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from legacy to functional and very little in between.

Tagged “devops”

  1. Continuously Deploying to GitLab's NPM Package Registry

    In a previous article, we explored how to continuously deploy to the npmjs.com package registry. This is all well and good, but an advantage of CI/CD is that we can easily deploy wherever we want. This article will explore how to deploy an npm package to both npmjs.com and GitLab's own package registry, including how to change package names when necessary.

  2. Better Continuous Deployment with GitLab CI/CD

    This article follows up with a previous article, which details the bare minimum for a CI/CD pipeline from GitLab to the npmjs.com package repository. It's not a bad start for learning how to deploy to npmjs.com from a pipeline, but as a pipeline itself, it's... well, it was my first attempt. This article will detail a better pipeline in terms of maintainability, build-safety, and testing. (NPM will still be used as an example, but the broader concepts will be applicable to other stacks.)

  3. Containerizing your CLI tools for a clean development experience

    Some platforms are more delicate than others. Once, in college, I ended up with a Scala installation that used a different version of Java than my version of Eclipse. It was a lot like trying to maintain a particularly aggressive aquarium. How do I keep these feisty little guys from trying to murder each other? Headaches like this are one reason I try to keep my dev environment as clean as possible with a stock installation of Ubuntu, a handful of programs, and precious few customizations. It makes it a little harder to foul up and a lot easier to nuke and pave with a fresh installation if needed. Recently, I've decided to embrace the logical conclusion to this method by avoiding installing any extra command line tools at all. No node, no javac, no competing for my $PATH; just me, emacs, and docker.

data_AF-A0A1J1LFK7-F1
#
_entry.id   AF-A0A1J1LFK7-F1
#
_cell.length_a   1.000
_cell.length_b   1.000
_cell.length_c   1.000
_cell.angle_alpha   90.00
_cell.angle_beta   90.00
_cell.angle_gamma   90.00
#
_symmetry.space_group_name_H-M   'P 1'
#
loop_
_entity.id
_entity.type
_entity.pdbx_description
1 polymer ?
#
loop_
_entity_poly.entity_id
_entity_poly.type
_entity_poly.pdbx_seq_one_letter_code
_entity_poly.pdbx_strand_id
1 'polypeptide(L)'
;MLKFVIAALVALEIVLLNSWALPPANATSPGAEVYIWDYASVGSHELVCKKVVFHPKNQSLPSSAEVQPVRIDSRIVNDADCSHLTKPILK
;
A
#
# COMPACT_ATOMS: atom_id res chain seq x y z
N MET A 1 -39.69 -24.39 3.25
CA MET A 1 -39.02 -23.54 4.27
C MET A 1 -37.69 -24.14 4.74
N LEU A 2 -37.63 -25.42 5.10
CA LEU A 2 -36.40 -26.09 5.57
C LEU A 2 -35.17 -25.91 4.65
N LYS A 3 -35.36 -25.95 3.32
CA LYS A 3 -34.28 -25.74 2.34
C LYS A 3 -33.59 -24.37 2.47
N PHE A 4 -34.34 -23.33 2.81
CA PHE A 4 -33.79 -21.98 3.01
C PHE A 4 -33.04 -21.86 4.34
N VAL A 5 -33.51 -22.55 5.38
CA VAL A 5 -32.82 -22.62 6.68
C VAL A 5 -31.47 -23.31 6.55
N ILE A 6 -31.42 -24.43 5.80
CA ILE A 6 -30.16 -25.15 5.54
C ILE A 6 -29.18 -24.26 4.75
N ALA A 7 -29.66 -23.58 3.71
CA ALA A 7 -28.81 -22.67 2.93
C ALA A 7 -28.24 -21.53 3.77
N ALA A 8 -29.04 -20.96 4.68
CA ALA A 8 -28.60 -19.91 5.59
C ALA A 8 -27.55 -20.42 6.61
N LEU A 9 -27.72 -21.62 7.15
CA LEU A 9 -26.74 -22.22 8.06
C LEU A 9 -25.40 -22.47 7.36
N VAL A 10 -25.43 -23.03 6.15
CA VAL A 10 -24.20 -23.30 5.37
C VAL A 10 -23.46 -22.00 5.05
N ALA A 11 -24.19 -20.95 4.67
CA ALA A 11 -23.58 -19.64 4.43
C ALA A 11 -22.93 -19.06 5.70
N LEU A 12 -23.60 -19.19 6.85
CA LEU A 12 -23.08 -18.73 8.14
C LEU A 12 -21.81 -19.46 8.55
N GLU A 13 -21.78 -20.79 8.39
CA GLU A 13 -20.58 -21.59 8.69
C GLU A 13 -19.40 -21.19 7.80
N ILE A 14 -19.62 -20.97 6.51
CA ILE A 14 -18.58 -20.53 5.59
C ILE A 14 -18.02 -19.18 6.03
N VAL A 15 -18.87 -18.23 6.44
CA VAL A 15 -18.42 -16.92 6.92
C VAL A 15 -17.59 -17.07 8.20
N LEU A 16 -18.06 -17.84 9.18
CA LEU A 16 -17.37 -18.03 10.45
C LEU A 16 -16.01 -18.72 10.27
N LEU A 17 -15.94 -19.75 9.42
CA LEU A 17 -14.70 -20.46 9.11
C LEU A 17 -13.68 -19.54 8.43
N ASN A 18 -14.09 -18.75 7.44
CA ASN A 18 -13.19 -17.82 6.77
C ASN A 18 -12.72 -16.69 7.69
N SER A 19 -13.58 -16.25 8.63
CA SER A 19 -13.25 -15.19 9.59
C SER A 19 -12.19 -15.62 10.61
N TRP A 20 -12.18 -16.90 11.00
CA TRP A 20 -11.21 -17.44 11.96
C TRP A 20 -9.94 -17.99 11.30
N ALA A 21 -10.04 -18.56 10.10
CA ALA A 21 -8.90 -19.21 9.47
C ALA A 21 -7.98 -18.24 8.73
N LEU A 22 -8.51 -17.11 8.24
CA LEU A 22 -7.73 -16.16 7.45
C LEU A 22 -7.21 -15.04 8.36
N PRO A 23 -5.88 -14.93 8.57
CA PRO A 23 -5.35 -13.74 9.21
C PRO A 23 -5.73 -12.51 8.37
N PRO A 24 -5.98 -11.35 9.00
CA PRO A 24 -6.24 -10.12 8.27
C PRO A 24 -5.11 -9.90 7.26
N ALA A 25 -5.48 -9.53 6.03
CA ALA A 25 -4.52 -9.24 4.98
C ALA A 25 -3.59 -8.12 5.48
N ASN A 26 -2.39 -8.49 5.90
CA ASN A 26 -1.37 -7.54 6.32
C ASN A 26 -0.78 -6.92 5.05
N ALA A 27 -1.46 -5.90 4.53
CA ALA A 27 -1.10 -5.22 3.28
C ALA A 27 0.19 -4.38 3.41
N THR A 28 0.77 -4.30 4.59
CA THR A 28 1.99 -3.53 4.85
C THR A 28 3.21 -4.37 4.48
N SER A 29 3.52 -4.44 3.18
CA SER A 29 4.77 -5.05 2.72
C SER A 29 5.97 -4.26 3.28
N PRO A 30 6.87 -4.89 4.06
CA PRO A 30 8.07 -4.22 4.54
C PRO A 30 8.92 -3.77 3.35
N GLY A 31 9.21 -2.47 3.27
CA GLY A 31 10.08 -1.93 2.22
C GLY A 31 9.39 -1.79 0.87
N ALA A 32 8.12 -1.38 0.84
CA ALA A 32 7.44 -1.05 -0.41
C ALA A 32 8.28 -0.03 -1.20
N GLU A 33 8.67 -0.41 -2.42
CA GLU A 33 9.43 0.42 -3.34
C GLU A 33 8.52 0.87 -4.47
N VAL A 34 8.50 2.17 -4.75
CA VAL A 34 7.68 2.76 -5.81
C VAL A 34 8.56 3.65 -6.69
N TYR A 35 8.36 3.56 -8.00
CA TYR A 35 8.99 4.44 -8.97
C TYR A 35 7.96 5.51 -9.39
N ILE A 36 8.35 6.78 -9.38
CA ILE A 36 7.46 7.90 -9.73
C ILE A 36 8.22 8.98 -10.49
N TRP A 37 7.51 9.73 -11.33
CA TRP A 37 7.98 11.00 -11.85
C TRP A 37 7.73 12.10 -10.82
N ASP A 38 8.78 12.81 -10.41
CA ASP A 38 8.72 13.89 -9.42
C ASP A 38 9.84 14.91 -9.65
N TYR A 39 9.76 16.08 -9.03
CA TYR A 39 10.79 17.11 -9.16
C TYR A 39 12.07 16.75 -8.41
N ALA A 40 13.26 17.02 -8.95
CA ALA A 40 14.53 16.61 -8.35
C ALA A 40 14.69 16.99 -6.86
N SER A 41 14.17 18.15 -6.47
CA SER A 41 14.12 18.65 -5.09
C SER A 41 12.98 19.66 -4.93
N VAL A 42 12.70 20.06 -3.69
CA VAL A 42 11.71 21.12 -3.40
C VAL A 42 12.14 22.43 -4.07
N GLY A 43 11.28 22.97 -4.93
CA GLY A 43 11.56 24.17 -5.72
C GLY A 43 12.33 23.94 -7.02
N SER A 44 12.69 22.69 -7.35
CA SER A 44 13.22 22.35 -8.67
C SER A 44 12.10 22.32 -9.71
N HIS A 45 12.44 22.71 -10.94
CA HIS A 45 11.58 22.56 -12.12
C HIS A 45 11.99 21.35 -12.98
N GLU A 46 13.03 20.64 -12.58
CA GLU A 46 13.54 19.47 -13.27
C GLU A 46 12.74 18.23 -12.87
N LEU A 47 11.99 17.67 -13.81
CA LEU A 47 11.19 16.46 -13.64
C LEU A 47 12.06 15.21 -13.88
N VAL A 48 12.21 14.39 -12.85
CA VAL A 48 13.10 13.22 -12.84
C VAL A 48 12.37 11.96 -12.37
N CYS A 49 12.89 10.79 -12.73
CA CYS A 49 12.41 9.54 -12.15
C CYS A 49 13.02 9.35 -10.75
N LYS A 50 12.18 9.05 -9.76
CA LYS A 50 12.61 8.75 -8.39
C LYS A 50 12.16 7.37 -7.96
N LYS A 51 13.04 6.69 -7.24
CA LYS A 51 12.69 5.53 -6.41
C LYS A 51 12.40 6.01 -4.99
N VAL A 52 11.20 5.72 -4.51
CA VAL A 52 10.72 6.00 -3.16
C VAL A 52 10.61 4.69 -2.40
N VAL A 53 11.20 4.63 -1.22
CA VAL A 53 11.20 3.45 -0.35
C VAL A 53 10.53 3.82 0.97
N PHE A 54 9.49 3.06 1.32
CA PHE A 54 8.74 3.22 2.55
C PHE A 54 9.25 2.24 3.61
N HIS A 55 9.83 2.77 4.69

4. Continuously Deploying an NPM Package with GitLab CI/CD

    Setting up continuous deployment is important to me, even when publishing is as simple as it is on npm. The official GitLab documentation, though, is a little more than I need and geared toward their own npm repository, so I'd like to gather the information I need here in a brief article.

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